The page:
- Company: Stacy and Witbeck, Inc.
- Industry: Transportation
- Location: Seattle, Washington
- Expected Completion Date: August 1, 2014
- Project Website
Seattle’s First Hill Streetcar project is a modern streetcar line that provides new urban transportation options and has spurred increased economic development along the 2.5-mile route. In conjunction with the new streetcar alignment, a 20,000 sf maintenance facility, 10 new station platforms, 2 pedestrian plazas and a 1.2-mile designated bikeway were constructed as well as curb-to-curb reconstruction of nearly all the alignment. The project also included the relocation and updating of over two miles of 100+ year old water lines, storm drain, and sewer pipe. In addition, the Maintenance Facility was able to achieve LEED Gold certification and the view from the green roof is remarkable!
The unique First Hill Streetcar line ties together five distinct neighborhoods and several Seattle landmarks including:
1. Pioneer Square – Historic District, CenturyLink Field, Safeco Field, King Street (Amtrak, Sounder) & Union Stations (Sound Transit’s Light Rail & Bus)
2. International District – Chinatown, Japantown, Little Saigon
3. Yesler Terrace – Bailey-Gatzert Elementary, Yesler Community Center
4. First Hill – Seattle University, Swedish Medical Center, Harborview Medical Center, Virginia Mason Medical Center
5. Capitol Hill – Seattle Central Community College, Pike-Pine District, Sound Transit’s Capitol Hill Station
Ultimately, the First Hill Streetcar project completely revitalized a busy but worn-down corridor that was primed for a fresh start.
What impact does this project have on America?
Transit First Design Seattle
has made a concerted effort to promote alternative forms of transportation. The First Hill Streetcar is a flagship example of this, specifically on Broadway – the same street where Sir-Mix-a-lot’s “My Posse’s on Broadway” song was based on cruising the scene in your slick ride. The iconic street was morphed from a 4-5 lane traffic thoroughfare into a single lane in each direction shared with the streetcar. It also includes a continuous protected bikeway or “Cycle Track” for the entire length of the Broadway alignment. The change was dramatic and will have lasting effects on how the street is traveled. By reducing the traffic flows on Broadway and turning it into an urban alternative transportation route, Seattle is setting the model for how dense urban streets are revitalized.
First Hill Streetcar was one of the first streetcar alignments in the United States to use off-wire technology. Hybrid streetcars use on-board battery systems to power the vehicle in locations where overhead wire is unfeasible or undesired. In the case of First Hill Streetcar, there were several factors which made the wireless technology attractive. The travel route from Pioneer Square to Capitol Hill has an elevation gain of approximately 400 ft. so it made sense for the uphill run to be energized with overhead wire and the downhill run to be self-propelled by the battery system. Another motivating factor for implementing off-wire technology was due to Seattle’s extensive Electric Trolley Bus (ETB) network which covered 80 percent of the First Hill alignment. Seattle is one of only six active ETB networks in the United States. The ETB system runs off of dual overhead wires – positive and negative, whereas the streetcar only has a single overhead positive (OCS wire). The two systems run separately and therefore are not allowed to interconnect. Overhead wire crossings between the OCS and ETB are extremely challenging and expensive. Eliminating the downhill OCS wire saved the project over a million dollars in construction costs and months of additional schedule time. Implementing off-wire technology on First Hill will allow Seattle greater opportunities to expand their modern streetcars throughout the city to areas where it may not have been feasible otherwise.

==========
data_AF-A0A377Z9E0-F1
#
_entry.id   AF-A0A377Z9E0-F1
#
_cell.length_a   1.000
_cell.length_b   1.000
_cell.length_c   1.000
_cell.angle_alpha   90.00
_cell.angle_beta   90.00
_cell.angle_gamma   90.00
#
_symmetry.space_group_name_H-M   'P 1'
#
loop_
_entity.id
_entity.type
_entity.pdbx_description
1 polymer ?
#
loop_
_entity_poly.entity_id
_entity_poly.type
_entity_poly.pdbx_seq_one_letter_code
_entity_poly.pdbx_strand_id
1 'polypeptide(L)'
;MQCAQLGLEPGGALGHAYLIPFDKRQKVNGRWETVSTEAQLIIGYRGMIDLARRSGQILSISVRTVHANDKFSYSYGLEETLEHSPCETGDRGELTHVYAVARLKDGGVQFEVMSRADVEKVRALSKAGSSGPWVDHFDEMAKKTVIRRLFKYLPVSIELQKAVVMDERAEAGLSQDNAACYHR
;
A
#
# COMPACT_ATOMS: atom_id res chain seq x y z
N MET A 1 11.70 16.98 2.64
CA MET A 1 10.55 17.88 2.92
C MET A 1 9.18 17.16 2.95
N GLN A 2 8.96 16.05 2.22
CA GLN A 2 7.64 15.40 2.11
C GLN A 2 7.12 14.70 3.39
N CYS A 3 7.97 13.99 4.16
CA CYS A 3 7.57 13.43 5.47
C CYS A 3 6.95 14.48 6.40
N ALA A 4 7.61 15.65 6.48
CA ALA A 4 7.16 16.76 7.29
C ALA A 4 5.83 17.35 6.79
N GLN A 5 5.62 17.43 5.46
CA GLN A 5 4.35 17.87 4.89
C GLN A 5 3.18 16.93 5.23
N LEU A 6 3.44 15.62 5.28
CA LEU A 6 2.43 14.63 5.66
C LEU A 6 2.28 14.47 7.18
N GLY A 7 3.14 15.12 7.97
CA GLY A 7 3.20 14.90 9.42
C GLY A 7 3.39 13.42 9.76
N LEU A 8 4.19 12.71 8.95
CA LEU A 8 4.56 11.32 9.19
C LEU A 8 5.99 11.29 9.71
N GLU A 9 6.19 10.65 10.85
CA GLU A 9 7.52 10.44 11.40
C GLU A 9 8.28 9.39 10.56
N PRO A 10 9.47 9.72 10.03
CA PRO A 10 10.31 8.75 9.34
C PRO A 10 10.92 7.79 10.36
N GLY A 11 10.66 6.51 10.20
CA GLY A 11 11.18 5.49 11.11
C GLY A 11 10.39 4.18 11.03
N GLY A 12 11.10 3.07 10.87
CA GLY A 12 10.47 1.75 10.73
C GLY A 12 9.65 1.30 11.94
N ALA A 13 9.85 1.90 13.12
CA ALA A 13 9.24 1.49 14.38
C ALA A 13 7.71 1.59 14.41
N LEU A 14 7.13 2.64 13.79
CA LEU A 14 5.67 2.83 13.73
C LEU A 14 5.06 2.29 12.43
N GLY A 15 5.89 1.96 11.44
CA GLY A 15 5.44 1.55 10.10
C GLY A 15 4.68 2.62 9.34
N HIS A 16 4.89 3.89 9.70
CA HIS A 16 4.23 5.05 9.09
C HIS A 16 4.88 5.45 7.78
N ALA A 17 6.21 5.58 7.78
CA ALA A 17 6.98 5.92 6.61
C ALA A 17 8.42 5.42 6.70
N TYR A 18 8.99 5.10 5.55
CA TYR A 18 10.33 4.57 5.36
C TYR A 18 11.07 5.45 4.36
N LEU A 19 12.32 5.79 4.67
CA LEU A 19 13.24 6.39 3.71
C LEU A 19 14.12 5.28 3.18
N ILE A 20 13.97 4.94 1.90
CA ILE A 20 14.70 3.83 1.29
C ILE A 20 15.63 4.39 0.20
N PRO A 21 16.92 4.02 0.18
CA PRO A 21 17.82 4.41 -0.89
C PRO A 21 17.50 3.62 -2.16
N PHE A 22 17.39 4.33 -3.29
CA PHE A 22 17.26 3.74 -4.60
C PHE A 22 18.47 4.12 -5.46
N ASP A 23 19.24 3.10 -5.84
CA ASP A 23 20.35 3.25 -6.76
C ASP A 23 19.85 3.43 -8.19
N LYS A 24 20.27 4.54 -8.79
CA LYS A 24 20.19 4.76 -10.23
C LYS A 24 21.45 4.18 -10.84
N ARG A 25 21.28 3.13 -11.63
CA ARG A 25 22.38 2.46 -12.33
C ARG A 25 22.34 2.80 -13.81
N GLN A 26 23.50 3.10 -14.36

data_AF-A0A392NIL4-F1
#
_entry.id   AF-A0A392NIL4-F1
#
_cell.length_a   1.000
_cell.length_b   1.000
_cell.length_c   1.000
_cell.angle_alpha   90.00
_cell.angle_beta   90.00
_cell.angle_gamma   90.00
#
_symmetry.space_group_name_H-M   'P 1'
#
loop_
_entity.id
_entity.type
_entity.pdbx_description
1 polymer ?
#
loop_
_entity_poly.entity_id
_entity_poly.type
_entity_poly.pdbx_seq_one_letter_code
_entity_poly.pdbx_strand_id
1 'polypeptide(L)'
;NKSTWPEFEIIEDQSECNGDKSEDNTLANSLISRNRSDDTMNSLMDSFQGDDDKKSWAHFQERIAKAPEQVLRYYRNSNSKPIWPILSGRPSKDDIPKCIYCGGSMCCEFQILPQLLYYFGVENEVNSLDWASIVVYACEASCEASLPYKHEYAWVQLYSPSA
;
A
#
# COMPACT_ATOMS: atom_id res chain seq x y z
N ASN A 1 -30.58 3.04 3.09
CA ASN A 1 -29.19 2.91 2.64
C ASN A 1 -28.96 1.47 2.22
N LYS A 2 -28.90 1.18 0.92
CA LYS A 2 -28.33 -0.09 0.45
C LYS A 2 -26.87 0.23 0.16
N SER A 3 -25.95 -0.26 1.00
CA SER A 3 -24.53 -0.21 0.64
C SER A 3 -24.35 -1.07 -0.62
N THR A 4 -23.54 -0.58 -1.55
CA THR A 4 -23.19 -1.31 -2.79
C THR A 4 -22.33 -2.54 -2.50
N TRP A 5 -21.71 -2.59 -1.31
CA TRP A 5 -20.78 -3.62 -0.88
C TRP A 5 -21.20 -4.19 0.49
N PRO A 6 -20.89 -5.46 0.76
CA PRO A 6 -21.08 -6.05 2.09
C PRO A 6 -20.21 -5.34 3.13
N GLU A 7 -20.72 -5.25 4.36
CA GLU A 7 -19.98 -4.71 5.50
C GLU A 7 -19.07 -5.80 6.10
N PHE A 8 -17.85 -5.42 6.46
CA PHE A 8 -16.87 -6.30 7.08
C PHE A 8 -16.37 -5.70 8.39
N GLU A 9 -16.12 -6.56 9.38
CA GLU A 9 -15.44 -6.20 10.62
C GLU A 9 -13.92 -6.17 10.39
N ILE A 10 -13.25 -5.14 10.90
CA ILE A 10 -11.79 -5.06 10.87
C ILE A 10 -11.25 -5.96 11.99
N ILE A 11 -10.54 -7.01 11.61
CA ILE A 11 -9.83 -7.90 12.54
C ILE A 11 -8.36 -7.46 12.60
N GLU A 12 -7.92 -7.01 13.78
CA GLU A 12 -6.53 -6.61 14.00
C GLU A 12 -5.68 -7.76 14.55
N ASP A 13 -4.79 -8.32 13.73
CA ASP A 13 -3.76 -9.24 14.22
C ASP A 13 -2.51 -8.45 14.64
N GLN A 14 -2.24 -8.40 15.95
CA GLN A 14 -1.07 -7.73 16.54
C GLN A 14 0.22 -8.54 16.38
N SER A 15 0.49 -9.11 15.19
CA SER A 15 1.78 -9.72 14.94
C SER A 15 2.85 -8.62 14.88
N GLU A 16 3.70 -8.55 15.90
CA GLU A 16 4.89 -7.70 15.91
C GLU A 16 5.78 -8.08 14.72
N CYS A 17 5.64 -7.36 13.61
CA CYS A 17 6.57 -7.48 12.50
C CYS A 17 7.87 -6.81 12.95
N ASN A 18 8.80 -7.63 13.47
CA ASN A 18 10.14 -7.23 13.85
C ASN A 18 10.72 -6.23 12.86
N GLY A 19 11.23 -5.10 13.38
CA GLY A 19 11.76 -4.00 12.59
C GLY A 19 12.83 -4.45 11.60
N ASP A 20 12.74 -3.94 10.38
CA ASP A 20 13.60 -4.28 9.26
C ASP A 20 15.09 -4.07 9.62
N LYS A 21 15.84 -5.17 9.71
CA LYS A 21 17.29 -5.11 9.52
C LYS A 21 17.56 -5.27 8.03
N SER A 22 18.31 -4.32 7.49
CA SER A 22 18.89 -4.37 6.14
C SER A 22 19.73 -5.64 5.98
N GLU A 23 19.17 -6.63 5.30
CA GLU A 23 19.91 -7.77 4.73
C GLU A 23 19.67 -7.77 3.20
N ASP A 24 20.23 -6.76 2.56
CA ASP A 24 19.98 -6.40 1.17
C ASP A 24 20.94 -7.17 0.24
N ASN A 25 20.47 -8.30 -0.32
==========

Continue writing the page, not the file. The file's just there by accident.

Seattle once boasted an extensive streetcar network that would rival that of San Francisco, but it was eventually retired in the 1940’s due to financial struggles and the growing competition with automobiles. First Hill Streetcar was the second modern streetcar line to be built in Seattle and was locally funded by the ST2 transit tax. Construction of First Hill Streetcar not only put tax dollars to work directly along the alignment, it also provided the opportunity for growth and development of several run-down and vacant properties adjacent to the line. It ties together an incredibly diverse and energetic community that was ready for a shot in the arm. The First Hill Streetcar brings together such a unique array of cultures and activities that the value is unparalleled.
What interesting obstacles or unusual circumstances did you overcome to complete the project?